3. Transfer the room dimensions to a sheet of graph paper.

Each 1/4-inch square on the graph paper is equal to 6 inches, or 1/2 foot.

For example, a 6-foot-long wall will be 12 squares long in the drawing. First, draw the bathroom walls and partitions and then the surrounding areas. Include the doors and the direction they swing open and, of course, any windows. Then draw in the fixtures to complete the floor plan.

You now have the basic layout of the existing bathroom and its adjacent areas. If you plan an addition to expand the size of the bathroom, the scaled drawing should include the exterior wall you plan to open.

Don’t lose your original sketch. Keep it safely tucked in your bathroom notebook so it’s safe and you won’t lose it. Some people like to keep it on a clipboard so it’s easy to work on. Whatever you decide, don’t misplace it.

Making an overlay

The scaled graph paper floor plan becomes the background that you can use with several different designs on tracing paper. To make your first one, place a piece of tracing paper over the sketch on the graph paper and hold it in place with a piece of masking tape. Then trace over the floor plan with a sharp pencil to transfer the floor plan to the tracing paper, as shown in Figure 2-2. Voilà- you have an accurate rendition of the existing floor plan as a starting point for your new design.

 Floorplans

Figure 2-2: Use tracing paper to create different room designs.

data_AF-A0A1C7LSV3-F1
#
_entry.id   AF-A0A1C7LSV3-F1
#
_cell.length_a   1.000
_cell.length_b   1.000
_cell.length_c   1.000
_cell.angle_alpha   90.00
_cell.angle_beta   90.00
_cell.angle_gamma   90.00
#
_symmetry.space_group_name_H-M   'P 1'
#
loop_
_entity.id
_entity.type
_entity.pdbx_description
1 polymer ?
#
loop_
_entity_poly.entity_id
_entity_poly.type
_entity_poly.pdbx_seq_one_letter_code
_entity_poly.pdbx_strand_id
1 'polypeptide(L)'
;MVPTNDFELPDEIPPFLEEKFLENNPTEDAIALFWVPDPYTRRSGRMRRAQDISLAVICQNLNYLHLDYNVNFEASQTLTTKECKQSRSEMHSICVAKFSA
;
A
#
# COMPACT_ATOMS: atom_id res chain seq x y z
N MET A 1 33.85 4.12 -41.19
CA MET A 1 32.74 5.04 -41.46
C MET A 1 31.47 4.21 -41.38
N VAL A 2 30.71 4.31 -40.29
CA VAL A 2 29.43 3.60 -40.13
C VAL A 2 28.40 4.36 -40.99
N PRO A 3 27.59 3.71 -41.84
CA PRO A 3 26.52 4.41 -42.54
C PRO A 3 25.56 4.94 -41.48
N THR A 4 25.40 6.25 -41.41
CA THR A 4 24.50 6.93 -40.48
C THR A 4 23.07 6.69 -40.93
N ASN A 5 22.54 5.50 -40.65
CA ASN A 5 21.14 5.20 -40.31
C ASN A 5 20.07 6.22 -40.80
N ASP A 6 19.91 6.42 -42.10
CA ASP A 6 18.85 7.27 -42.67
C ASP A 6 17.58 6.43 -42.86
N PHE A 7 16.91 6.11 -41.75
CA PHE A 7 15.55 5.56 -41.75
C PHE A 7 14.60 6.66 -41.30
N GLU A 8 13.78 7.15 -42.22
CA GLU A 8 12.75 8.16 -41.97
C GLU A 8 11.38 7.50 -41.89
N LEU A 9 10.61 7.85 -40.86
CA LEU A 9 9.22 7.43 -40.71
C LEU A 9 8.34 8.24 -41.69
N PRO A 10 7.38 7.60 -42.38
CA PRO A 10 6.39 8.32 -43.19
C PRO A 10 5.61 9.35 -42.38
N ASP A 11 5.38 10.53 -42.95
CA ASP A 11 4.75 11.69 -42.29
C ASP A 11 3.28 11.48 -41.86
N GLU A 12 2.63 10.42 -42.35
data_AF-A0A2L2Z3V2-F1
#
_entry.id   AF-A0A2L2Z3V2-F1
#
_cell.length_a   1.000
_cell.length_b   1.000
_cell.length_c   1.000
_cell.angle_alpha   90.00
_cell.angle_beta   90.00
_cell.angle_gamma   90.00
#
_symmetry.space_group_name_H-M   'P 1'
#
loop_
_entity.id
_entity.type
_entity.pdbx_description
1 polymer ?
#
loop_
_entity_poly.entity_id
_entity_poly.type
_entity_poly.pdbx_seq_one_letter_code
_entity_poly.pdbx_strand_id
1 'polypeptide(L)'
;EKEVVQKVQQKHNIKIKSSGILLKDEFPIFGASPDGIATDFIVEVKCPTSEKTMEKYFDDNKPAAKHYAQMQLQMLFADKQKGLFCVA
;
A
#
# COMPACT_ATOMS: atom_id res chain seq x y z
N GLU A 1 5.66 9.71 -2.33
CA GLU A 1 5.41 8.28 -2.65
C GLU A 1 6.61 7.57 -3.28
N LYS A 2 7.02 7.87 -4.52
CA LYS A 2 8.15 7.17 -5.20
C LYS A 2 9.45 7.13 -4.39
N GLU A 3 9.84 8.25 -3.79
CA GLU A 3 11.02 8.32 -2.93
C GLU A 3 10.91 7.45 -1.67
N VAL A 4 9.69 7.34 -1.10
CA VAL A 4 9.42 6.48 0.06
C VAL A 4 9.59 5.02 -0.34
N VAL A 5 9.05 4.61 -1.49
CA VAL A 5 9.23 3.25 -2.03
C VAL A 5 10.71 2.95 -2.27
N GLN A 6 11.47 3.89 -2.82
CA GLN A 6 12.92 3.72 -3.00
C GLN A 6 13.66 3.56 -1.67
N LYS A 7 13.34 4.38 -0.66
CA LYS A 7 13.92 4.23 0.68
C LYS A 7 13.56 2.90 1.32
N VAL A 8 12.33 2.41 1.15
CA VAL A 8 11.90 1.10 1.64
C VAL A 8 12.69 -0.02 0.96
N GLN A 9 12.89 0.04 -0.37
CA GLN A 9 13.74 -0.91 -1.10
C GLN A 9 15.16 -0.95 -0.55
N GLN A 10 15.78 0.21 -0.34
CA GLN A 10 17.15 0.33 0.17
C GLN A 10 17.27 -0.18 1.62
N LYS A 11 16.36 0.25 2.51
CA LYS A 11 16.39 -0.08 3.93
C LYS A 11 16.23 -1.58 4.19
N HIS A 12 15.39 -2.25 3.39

Lift the tracing paper up off the graph paper, and you’ll see you’ve created the basic layout of the bathroom. You can have several versions going at the same time; just tape additional sheets of tracing paper over one another. Each version can be a variation of the other, but they’re all based on the existing location of the walls, doors, and windows. Make design changes to the tracing paper.

If the new bathroom will take space from an adjacent room, note any walls or partitions that will be removed. If the new bathroom will be bumped out onto cantilevered floor joists, make note of the foundation and ground space below it.

Making templates

Place Figure 2-3 on a photocopier and make a copy of it. Then cut out the shapes of the basic fixtures and use them on the scaled drawing.

 

Figure 2-3: Creating templates of your bathroom floor plan.

Alternatively, you can purchase a plumbing fixture template from your local drafting supply or art store. Most house plans use a scale of 1/4 inch to a foot, but because the bathroom is a smaller area than a house, a scale of 1/2 inch to a foot is easier to work with. If you can’t find a template of 1/2 inch to the foot, purchase the 1/4-inch-scale template and make each square on the graph paper equal a foot.

Being creative with design tools on the Internet

If you’re using design software or a design tool at a manufacturer’s Web site, use the dimensions from the sketch you made. In general, you follow a sequence of inputting or filling in the size of the room and the location and length of walls, windows, and doors. When completed, the software generates a design. This can be a time-intensive exercise depending on how user-friendly the software or design tool is and how easily you can input the data. But tough it out, be patient, and let the computer do the work and churn out different designs.


 

From ‘Bathroom Remodeling For Dummies’
Copyright © 2003 by Wiley Publishing, Inc., Indianapolis, Indiana
Used by arrangement with John Wiley & Sons, Inc.